Five inquiries into allegations of garda misconduct have yet to be established by Tánaiste Frances Fitzgerald, seven months after she promised to do so.
After accepting the Independent Review Mechanism report when it was published, last July, Ms Fitzgerald said she would set up the five inquiries that were recommended.
However, little progress has been made.
A spokesman for the Department of Justice confirmed the Tánaiste had decided to establish the inquiries under section 42 of the the Garda Síochána Act, 2005, as amended, but that the terms of reference had yet to be drafted. Also, no suitable people had been found to lead the investigations.
The Independent Review Mechanism, which examines complaints against gardaí, was set up following the publication of the Guerin report into police malpractice in the Cavan-Monaghan division.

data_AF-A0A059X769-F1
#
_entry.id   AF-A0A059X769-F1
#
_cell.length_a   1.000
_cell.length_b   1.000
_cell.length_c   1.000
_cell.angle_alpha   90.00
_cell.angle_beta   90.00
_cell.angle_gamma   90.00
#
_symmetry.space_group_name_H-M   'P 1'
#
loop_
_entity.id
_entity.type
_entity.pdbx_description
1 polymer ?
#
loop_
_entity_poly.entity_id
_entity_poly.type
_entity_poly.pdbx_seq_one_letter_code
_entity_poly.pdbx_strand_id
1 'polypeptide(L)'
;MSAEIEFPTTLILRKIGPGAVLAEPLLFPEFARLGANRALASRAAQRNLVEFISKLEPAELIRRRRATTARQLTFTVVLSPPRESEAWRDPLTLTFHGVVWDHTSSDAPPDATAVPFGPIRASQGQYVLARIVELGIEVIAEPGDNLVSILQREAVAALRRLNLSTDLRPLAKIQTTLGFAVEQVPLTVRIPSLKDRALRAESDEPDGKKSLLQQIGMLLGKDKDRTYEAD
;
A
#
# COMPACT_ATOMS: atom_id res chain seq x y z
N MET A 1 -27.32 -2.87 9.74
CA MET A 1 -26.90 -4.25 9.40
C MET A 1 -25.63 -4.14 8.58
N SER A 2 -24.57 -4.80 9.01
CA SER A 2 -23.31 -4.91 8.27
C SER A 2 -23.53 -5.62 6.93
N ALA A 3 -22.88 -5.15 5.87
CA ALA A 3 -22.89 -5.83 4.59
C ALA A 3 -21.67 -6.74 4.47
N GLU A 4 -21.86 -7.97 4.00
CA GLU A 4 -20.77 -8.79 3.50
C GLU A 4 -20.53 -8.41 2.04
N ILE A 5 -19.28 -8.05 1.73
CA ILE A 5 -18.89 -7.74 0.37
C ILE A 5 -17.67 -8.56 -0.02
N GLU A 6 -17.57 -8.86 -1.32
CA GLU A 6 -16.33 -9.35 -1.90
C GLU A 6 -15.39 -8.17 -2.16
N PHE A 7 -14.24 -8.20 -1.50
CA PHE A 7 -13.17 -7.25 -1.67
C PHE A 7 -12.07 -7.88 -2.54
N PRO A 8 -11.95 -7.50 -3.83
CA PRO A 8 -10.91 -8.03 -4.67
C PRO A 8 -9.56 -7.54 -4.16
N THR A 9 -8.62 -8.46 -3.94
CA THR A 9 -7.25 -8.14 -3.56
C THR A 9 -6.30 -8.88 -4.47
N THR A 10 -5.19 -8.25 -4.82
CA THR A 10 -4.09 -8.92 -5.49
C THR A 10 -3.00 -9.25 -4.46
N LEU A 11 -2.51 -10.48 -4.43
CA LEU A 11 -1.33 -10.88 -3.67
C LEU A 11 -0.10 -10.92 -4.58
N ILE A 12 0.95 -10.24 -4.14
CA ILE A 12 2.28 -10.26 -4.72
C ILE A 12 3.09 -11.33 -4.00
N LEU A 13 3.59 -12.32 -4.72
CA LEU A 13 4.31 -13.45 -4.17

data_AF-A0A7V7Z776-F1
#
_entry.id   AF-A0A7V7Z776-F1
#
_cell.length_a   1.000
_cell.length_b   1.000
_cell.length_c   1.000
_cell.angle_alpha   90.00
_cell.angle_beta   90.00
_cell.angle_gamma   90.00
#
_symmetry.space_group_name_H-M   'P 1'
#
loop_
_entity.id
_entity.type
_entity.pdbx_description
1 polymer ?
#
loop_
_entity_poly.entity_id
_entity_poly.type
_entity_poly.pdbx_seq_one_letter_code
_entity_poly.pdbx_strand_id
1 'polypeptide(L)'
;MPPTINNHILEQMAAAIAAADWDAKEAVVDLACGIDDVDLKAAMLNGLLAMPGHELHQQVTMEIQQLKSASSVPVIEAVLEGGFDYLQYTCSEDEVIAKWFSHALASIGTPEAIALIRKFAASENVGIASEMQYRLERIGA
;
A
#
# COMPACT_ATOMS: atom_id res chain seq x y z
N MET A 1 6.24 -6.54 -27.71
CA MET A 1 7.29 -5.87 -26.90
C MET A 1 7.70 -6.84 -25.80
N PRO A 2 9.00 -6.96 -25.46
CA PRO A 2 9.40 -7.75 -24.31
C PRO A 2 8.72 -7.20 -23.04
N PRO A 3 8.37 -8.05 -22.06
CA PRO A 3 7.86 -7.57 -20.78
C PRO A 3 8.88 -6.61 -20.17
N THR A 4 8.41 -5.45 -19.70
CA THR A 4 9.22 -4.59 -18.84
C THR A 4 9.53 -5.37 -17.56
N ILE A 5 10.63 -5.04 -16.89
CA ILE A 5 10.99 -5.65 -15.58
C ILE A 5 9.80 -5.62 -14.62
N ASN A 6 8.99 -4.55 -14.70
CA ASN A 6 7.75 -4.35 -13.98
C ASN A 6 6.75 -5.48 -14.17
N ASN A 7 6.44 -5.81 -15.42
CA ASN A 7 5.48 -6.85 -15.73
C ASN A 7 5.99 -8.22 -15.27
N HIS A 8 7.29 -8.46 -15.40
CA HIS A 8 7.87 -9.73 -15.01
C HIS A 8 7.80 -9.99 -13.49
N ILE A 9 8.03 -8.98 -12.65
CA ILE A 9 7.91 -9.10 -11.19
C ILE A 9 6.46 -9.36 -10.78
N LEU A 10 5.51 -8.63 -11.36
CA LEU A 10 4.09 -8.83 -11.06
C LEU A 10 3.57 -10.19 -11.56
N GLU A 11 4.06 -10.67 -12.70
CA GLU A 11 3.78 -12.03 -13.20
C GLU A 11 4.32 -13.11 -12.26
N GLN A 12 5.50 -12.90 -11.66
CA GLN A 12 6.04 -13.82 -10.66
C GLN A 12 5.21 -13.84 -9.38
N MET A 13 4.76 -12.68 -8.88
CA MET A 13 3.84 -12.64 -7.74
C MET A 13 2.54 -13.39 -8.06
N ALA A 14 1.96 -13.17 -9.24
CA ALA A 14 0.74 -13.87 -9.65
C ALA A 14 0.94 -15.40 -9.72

Three hundred and twenty complaints from members of the public about garda misconduct and inadequate garda investigations were examined by a panel consisting of two senior, and five junior, counsel.
While the panel found “no further action could reasonably be taken” in relation to many of the complaints, they recommended further inquiries into the five specific cases.
Of the inquiries, the Tánaiste’s spokesman said: “Officials in this department are continuing to consult with the Office of the Attorney General, with regard to matters concerning the establishment of these inquiries and their terms of reference. Draft terms of reference have been prepared. The Policing Authority have also been consulted, with regard to these draft terms of reference.
“The Tánaiste is in the process of identifying suitable persons to conduct these inquiries and expects, shortly, to be in a position to proceed to their appointment and the establishment of the inquiries,” the spokesman said.
Those involved have been kept updated on the proposed scope of the inquiry relating to their particular complaint.
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